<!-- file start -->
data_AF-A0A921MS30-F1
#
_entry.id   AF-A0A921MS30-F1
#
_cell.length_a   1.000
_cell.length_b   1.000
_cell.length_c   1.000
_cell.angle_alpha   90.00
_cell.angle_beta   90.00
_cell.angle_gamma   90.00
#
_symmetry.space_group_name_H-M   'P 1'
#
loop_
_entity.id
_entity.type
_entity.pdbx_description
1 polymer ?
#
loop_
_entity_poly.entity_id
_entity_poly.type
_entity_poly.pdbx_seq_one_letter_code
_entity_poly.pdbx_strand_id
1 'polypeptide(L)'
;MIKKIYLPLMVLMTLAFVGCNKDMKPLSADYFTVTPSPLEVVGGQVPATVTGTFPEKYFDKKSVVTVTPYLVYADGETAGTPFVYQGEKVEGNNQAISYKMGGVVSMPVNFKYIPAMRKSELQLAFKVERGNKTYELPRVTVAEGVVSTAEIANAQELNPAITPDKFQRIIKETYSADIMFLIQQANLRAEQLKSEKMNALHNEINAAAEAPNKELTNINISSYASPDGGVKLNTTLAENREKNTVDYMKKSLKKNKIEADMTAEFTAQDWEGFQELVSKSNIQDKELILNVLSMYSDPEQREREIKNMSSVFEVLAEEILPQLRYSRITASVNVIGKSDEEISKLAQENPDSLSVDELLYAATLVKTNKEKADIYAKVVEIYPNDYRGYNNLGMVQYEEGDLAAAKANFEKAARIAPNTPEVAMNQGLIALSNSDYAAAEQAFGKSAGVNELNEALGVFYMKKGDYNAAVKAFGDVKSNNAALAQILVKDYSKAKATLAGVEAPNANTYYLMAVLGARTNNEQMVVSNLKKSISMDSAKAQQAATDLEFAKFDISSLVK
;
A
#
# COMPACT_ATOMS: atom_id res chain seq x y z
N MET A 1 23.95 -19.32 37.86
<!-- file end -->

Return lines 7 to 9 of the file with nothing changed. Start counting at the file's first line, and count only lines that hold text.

_cell.length_c   1.000
_cell.angle_alpha   90.00
_cell.angle_beta   90.00